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 Post subject: Can you guess the work #9
PostPosted: Mon Nov 07, 2011 7:50 pm 
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What BWV number of Bach single-handedly puts forth the argument for the Equal-Temperment tuning system? The answer is not the Well-Tempered Clavier. (If you have a work in mind it should be easy to find the BWV [Bach-Werke-Verzeichnis] number.)

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 Post subject: Re: Can you guess the work #9
PostPosted: Mon Nov 07, 2011 8:12 pm 
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BWV 924 ?

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 Post subject: Re: Can you guess the work #9
PostPosted: Tue Nov 08, 2011 12:37 am 
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BWV 903

Scott


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 Post subject: Re: Can you guess the work #9
PostPosted: Tue Nov 08, 2011 2:25 am 
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Monica, 924, nope.
Scott, 903, nope.

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Eddy M. del Rio, MD
"A smattering will not do. They must know all the keys, major and minor, and they must literally 'know them backwards.'" - Josef Lhevinne


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 Post subject: Re: Can you guess the work #9
PostPosted: Tue Nov 08, 2011 2:29 am 
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Just for clarity, the WTC bks 1 and 2 include 48 seperate BWV numbers, so one can't say the WTC.

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Eddy M. del Rio, MD
"A smattering will not do. They must know all the keys, major and minor, and they must literally 'know them backwards.'" - Josef Lhevinne


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 Post subject: Re: Can you guess the work #9
PostPosted: Tue Nov 08, 2011 2:02 pm 
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musical-md wrote:
Just for clarity, the WTC bks 1 and 2 include 48 seperate BWV numbers, so one can't say the WTC.

Learning all the time :lol:

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 Post subject: Re: Can you guess the work #9
PostPosted: Tue Nov 08, 2011 2:38 pm 
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Haha...I laughed at that too. Eddy, you are pretty funny sometimes. :)

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 Post subject: Re: Can you guess the work #9
PostPosted: Tue Nov 08, 2011 2:40 pm 
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We can say The 48 though - can't we ? :P

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 Post subject: Re: Can you guess the work #9
PostPosted: Tue Nov 08, 2011 2:45 pm 
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Now, now you two. I know it feels like there is only half-a-dozen of us right now, but I'm imagining a very large audience. Chris, I expected you to jump all over this one. :wink:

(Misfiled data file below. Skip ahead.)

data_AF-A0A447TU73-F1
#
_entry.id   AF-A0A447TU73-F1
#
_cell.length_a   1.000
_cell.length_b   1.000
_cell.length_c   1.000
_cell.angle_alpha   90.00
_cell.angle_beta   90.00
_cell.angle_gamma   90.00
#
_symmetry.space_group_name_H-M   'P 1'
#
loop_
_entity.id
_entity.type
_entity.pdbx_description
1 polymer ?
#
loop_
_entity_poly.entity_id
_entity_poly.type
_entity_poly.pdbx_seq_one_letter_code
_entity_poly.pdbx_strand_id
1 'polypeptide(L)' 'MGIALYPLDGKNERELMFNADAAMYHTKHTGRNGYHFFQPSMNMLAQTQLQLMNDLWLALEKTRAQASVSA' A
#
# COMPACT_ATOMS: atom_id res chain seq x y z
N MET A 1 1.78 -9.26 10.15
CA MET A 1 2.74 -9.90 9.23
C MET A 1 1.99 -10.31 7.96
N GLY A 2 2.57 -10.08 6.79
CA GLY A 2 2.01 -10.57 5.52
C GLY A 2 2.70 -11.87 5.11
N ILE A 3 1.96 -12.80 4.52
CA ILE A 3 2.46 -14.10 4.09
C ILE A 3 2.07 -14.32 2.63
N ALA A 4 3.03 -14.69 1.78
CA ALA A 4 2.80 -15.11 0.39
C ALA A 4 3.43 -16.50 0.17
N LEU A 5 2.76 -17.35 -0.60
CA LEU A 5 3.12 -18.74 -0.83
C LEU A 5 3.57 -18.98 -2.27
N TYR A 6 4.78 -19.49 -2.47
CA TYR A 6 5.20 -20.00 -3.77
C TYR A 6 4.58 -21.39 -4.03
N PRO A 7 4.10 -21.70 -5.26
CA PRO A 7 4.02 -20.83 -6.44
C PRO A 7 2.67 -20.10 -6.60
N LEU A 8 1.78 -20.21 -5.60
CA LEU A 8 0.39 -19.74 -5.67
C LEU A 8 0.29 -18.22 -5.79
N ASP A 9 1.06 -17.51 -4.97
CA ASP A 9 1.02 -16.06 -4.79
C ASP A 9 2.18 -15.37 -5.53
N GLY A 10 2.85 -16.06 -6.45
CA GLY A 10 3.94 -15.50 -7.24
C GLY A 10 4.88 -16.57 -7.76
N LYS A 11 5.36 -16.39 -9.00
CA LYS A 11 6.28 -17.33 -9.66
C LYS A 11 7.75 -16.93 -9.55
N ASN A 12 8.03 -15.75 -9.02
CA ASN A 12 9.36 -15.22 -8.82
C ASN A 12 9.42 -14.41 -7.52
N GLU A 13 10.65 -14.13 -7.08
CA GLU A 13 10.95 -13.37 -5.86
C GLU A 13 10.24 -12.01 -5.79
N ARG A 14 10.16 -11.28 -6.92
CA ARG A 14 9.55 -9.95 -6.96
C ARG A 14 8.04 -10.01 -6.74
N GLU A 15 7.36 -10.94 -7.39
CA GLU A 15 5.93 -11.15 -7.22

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Eddy M. del Rio, MD
"A smattering will not do. They must know all the keys, major and minor, and they must literally 'know them backwards.'" - Josef Lhevinne


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 Post subject: Re: Can you guess the work #9
PostPosted: Tue Nov 08, 2011 2:51 pm 
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Hehe... I have more fun taking the p*ss than doing puzzles and quizzes :P
And to be honest I don't have a clue.

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 Post subject: Re: Can you guess the work #9
PostPosted: Tue Nov 08, 2011 2:56 pm 
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Though I guess you may refer to the Kleines Harmonisches Labyrinth...

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 Post subject: Re: Can you guess the work #9
PostPosted: Tue Nov 08, 2011 7:03 pm 
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My guess is that J.S. Bach’s methods are explained in C.P.E. Bach’s
“Essay on the True Art Of Playing Keyboard Instruments” ?

My other guess is that J.S. Bach explained details about keyboard instruments
to his son in the “Klavierbuechlein fuer Friedemann” ?


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 Post subject: Re: Can you guess the work #9
PostPosted: Sun Nov 13, 2011 12:55 am 
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Ok, here's the answer. If the WTC in it's entirety is an argument for accepting the Equal Termperament tuning system (where the octave is divided into 12 equal half steps and keys lose their individual characteristics), by showing works composed in every key - which would be impossible to perform on an instrument tuned otherwise without many awfully sounding keys - then the one Prelude and Fugue which weds together two very distant keys as one, as a sort of "intertonal" wedding of keys from far "opposite sides of the track," would prove the whole argument at once. Such is the case for BWV 843, the Prelude and Fugue in Eb minor/D# Minor from WTC 1. Note that some publications transposed the fugue to Eb minor to correspond to the Prelude with the thought that 6 flats is an easier key to play in (?) than 6 sharps. But the Urtext editions make clear that the fugue is in D# Minor. Thus Bach brings together these enharmonic keys that are 12 stops (not steps) away from eachother on the Circle of Fifths!

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